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Data collection and computation of root morphology variables

Birch and pine fine roots were scanned using the WinRhizo Software (version 2005a, Regents Instruments Inc. Canada). To measure the fine root morphology, we selected two or three largely intact fine roots (< 2 mm Ø) as a subsample for scans. The roots were placed in a transparent water filled tray (20 × 30 cm), and roots were spread as much as possible, while trying to keep complete roots intact. The root density was kept at approximatively 0.5 mm root per mm2 surface (Bouma et al. 2000), and the image resolution was 800 dpi. The roots were not stained. After scanning, the scanned roots were oven-dried for four days at 40°C and weighed. This analysis provided data on fine root length, fine root surface area, root tip abundance, which were used to calculate: Specific Root Length (SRL) (fine root length/ dry root weight), Specific Root Area (SRA) (fine root area/ dry root weight), and Specific Root Tip Density (SRTD) (number of root tips / dry root weight). The root morphology indicators were calculated based on existing indicators (Comas and Eissenstat 2009; Godbold et al. 2003; Jagodziński and Kałucka 2011). We further used the scans to extract data on the distribution of fine root length per diameter class (0.0 – 0.5 mm; 0.5 – 1.0 mm; 1.0 – 1.5 mm; 1.5 – 2.0 mm) (see Fig. B3.5 in Appendix B), with a particular interest in the very fine root fraction (diameter class of 0.0 – 0.5 mm Ø). The very fine root fraction is usually occupied by 1st and 2nd root orders (most distal parts of the root system), which have been observed to be more sensitive to environmental factors and to soil depth than higher root orders (Makita et al. 2011; Ostonen et al. 2007b). Hence, we calculated fine root fraction (fine root length per diameter class), as a percentage of the total fine root length; all diameter classes (≤ 2 mm Ø summed). The remaining root fragments (not subsampled for the scans), were also dried and weighed to compute total root parameters for each soil layer. With the dried fine root biomass, we calculated Fine root mass density (FRMD) (dry root weight / soil volume) which we used to investigate how fine root mass density changed with soil depth.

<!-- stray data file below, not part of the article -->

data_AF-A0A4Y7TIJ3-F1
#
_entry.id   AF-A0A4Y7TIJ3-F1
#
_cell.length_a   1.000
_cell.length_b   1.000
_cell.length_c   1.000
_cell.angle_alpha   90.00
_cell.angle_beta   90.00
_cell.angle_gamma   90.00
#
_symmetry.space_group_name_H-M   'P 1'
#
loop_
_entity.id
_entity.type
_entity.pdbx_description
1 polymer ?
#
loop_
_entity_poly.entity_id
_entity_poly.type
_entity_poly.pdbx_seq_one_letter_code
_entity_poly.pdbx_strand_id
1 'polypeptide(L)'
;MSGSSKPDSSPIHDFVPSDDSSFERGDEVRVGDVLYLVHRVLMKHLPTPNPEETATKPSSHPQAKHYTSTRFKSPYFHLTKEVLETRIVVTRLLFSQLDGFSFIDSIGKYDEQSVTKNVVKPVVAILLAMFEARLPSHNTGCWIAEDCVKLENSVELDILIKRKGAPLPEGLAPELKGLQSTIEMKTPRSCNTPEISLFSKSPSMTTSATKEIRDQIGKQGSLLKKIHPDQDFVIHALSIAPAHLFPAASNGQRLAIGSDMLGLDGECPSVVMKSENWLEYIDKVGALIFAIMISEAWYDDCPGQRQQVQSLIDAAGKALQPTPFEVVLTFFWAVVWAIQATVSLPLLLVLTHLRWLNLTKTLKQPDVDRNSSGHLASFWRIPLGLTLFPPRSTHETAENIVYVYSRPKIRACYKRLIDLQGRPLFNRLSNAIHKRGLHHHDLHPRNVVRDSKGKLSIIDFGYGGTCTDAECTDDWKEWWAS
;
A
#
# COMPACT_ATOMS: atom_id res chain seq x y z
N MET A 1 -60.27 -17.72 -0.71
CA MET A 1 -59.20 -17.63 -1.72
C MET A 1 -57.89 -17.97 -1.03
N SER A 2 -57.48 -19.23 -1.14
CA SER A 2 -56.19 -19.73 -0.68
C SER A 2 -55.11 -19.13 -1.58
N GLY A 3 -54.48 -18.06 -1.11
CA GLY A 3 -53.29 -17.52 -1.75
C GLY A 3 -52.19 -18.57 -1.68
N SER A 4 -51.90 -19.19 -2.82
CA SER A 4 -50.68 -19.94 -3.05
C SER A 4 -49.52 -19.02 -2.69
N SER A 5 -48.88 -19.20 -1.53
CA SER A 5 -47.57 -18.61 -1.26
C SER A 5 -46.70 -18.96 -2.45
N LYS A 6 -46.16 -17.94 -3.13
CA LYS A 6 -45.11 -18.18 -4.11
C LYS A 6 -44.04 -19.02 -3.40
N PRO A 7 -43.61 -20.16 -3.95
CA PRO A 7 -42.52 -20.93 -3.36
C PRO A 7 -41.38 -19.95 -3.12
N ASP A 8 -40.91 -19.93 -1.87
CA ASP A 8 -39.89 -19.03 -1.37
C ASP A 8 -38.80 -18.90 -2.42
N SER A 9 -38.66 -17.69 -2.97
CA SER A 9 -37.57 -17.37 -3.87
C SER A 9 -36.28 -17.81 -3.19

Table of contents :

Chapter 1 | Introduction
1.1 Changes in climate and biodiversity
1.2 Importance of roots for nutrient cycling
1.3 General aspects of biodiversity belowground
1.4 Fine root dynamics
1.4.1 Environmental effects on fine root dynamics
1.4.2 Biodiversity effects and resource availability
1.5 Decomposition
1.5.1 Climate and trait control on the decomposition of leaves and roots
1.5.2 Direct and indirect effects of tree diversity on decomposition